In the assault that followed a brief cannonade, Hanson's left was thrown forward close to the river bank, with orders to fire once, then charge with the bayonet. On the right of Beatty was Colonel S. W. Price's brigade, and the charge made by Hanson's 6th Kentucky was met by Price's 8th Kentucky regiment, followed by Hanson and Pillow in successive strokes from right to left of Beatty's line. Overborne by numerical strength, the Union brigades of Pr ice and Fyffe were forced back upon Grider, in reserve, the right of whose brigade was rapidly being turned by Hanson, threatening to cut the division off from the river. Beatty ordered retreat and assailants and assailed moved in a mass toward the river. The space between the river bank and the ridge occupied by Grose now presented a scene of the wildest confusion. The pursuit led the Confederate column to the right of Grose, and Lieutenant Livingston opened upon it with his artillery, but he was quickly ordered across the river. Crittenden, turning to his chief-of-artillery, said, "Mendenhall, you must cover my men with your guns." Never was there a more effective response to such a request ; the batteries of Swallow, Parsons, Estep, Stokes, Stevens, Standart, Bradley, and Livingston dashed forward, wheeled into position, and opened fire. In all, fifty-eight pieces of artillery played upon the enemy. Not less than one hundred shots per minute were fired. As the mass of men swarmed down the slope they were mowed down by the score. Confederates were pinioned to the earth by falling branches. For a few minutes the brave fellows held their ground, hoping to advance, but the west bank bristled with bayonets.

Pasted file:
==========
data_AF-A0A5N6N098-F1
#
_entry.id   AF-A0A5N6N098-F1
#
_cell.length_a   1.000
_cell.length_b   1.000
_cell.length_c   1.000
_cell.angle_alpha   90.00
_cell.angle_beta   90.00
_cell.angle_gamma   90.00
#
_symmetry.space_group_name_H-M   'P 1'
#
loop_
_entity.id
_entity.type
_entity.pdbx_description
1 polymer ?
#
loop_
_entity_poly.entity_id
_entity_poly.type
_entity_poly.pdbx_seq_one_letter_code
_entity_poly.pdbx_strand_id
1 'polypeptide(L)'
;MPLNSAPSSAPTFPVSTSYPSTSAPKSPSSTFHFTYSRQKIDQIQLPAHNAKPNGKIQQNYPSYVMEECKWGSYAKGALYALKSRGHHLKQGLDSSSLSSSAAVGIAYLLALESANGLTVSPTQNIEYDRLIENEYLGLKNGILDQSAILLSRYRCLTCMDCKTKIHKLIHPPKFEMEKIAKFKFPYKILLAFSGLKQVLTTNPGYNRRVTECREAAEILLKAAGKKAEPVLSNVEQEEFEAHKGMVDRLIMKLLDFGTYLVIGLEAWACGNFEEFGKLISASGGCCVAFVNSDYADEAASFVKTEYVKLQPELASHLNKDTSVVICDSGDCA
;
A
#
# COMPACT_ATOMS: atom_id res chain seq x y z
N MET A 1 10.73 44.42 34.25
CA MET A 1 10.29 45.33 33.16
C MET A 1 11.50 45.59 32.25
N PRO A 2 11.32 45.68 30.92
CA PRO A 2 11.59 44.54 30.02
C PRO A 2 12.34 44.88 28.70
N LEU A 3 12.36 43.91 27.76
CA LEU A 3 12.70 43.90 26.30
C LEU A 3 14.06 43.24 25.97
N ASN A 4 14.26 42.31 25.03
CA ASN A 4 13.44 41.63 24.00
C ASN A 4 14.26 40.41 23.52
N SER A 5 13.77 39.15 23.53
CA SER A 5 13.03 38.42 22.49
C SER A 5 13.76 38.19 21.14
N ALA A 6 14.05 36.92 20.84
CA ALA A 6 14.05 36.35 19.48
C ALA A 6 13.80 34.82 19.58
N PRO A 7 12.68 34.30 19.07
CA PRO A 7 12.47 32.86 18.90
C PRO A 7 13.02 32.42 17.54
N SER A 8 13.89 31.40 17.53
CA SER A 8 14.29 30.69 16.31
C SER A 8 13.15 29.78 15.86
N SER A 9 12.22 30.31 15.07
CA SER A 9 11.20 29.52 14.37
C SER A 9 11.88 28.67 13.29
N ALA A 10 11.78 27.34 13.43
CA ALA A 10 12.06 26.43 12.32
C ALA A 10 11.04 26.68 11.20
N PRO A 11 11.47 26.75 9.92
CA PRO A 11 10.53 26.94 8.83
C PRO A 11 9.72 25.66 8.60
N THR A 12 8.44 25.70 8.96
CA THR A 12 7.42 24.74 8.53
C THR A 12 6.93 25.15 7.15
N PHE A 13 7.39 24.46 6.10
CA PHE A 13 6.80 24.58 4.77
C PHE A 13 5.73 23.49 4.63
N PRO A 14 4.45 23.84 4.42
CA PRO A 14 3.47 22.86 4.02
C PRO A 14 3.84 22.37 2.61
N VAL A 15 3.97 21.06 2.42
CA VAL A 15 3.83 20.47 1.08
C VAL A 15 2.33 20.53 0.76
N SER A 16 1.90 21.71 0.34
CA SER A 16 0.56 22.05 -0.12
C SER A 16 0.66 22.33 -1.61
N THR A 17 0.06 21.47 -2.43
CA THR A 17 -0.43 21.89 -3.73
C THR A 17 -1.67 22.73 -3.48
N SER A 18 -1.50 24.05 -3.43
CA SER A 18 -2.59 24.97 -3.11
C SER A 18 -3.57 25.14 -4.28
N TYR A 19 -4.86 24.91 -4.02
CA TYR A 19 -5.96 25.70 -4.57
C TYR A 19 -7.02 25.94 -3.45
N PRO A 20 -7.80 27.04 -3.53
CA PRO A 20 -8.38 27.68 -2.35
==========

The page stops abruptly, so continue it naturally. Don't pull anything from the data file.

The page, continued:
Hanson was mortally wounded and his brigade lost over 400 men; the loss in the division was 1410. There was no thought now of attacking Grose but one general impulse to get out of the jaws of death. The Union infantry was soon ordered to charge. Colonel John F. Miller with his brigade and two regiments of Stanley's was the first to cross the river, on the extreme left. He was quickly followed on the right by Davis and Morton and by Hazen in the center. Beatty quickly re-formed his division and recrossed the river and joined in the pursuit. The artillery ceased firing, and the Union line with loud cheers dashed forward, firing volley after volley upon the fugitives, who rallied behind Robertson's battery and Anderson's brigade in the narrow skirt of timber from which they had emerged to the assault. The Union line advanced and took possession of the ground from which Beatty had been driven an hour before, and both armies bivouacked upon the battlefield. General Spear s, with a brigade guar ding a much-needed supply train, came up and took position on the right, relieving Rousseau on the following morning.

    General Bragg had been promptly notified by General Joseph Wheeler of the arrival of this reenforcement to his antagonist, and says in his report:


    "Common prudence and the safety of my army, upon which even the safety of our cause depended, left no doubt on my mind as to the necessity of my withdrawal from so unequal a contest,"